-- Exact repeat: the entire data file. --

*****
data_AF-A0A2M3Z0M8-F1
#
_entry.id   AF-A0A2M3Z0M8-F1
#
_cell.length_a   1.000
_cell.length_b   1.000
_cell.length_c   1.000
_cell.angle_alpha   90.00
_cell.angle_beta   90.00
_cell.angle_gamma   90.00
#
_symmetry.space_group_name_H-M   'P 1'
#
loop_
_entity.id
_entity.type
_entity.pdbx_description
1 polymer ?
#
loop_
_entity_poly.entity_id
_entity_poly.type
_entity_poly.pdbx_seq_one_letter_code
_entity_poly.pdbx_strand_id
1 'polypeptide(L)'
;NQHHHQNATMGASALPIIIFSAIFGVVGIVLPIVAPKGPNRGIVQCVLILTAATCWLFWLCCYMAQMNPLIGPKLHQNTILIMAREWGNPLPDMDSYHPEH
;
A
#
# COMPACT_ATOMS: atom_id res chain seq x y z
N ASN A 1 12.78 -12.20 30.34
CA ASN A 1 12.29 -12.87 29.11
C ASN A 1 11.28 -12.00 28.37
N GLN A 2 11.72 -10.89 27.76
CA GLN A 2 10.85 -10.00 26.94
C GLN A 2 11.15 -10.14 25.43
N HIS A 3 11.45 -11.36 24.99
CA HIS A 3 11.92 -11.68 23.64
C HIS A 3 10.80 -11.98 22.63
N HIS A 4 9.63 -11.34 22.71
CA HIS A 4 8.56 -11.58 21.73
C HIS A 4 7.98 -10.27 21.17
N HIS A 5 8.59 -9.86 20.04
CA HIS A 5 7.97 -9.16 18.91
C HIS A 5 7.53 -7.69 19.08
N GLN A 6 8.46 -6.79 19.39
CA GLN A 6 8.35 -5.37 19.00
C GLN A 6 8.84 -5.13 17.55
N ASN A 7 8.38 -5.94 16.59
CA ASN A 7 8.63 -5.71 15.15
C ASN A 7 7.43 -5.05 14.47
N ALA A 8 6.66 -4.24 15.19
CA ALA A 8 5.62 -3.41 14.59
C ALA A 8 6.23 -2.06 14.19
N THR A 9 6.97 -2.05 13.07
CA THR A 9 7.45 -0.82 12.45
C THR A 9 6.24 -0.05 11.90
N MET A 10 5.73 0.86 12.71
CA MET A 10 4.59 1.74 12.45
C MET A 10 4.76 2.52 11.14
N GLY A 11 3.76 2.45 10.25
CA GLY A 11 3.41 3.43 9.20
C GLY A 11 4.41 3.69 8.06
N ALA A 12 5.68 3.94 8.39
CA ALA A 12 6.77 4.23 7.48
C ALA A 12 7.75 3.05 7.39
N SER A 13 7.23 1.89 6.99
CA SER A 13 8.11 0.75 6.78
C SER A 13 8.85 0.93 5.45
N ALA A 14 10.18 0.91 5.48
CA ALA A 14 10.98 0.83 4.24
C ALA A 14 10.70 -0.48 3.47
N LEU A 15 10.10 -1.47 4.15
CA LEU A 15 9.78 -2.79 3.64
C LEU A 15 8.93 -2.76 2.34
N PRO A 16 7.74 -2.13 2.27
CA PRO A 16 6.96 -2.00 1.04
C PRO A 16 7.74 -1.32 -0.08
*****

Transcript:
data_AF-A0A2M3Z0M8-F1
#
_entry.id   AF-A0A2M3Z0M8-F1
#
_cell.length_a   1.000
_cell.length_b   1.000
_cell.length_c   1.000
_cell.angle_alpha   90.00
_cell.angle_beta   90.00
_cell.angle_gamma   90.00
#
_symmetry.space_group_name_H-M   'P 1'
#
loop_
_entity.id
_entity.type
_entity.pdbx_description
1 polymer ?
#
loop_
_entity_poly.entity_id
_entity_poly.type
_entity_poly.pdbx_seq_one_letter_code
_entity_poly.pdbx_strand_id
1 'polypeptide(L)'
;NQHHHQNATMGASALPIIIFSAIFGVVGIVLPIVAPKGPNRGIVQCVLILTAATCWLFWLCCYMAQMNPLIGPKLHQNTILIMAREWGNPLPDMDSYHPEH
;
A
#
# COMPACT_ATOMS: atom_id res chain seq x y z
N ASN A 1 12.78 -12.20 30.34
CA ASN A 1 12.29 -12.87 29.11
C ASN A 1 11.28 -12.00 28.37
N GLN A 2 11.72 -10.89 27.76
CA GLN A 2 10.85 -10.00 26.94
C GLN A 2 11.15 -10.14 25.43
N HIS A 3 11.45 -11.36 24.99
CA HIS A 3 11.92 -11.68 23.64
C HIS A 3 10.80 -11.98 22.63
N HIS A 4 9.63 -11.34 22.71
CA HIS A 4 8.56 -11.58 21.73
C HIS A 4 7.98 -10.27 21.17
N HIS A 5 8.59 -9.86 20.04
CA HIS A 5 7.97 -9.16 18.91
C HIS A 5 7.53 -7.69 19.08
N GLN A 6 8.46 -6.79 19.39
CA GLN A 6 8.35 -5.37 19.00
C GLN A 6 8.84 -5.13 17.55
N ASN A 7 8.38 -5.94 16.59
CA ASN A 7 8.63 -5.71 15.15
C ASN A 7 7.43 -5.05 14.47
N ALA A 8 6.66 -4.24 15.19
CA ALA A 8 5.62 -3.41 14.59
C ALA A 8 6.23 -2.06 14.19
N THR A 9 6.97 -2.05 13.07
CA THR A 9 7.45 -0.82 12.45
C THR A 9 6.24 -0.05 11.90
N MET A 10 5.73 0.86 12.71
CA MET A 10 4.59 1.74 12.45
C MET A 10 4.76 2.52 11.14
N GLY A 11 3.76 2.45 10.25
CA GLY A 11 3.41 3.43 9.20
C GLY A 11 4.41 3.69 8.06
N ALA A 12 5.68 3.94 8.39
CA ALA A 12 6.77 4.23 7.48
C ALA A 12 7.75 3.05 7.39
N SER A 13 7.23 1.89 6.99
CA SER A 13 8.11 0.75 6.78
C SER A 13 8.85 0.93 5.45
N ALA A 14 10.18 0.91 5.48
CA ALA A 14 10.98 0.83 4.24
C ALA A 14 10.70 -0.48 3.47
N LEU A 15 10.10 -1.47 4.15
CA LEU A 15 9.78 -2.79 3.64
C LEU A 15 8.93 -2.76 2.34
N PRO A 16 7.74 -2.13 2.27
CA PRO A 16 6.96 -2.00 1.04
C PRO A 16 7.74 -1.32 -0.08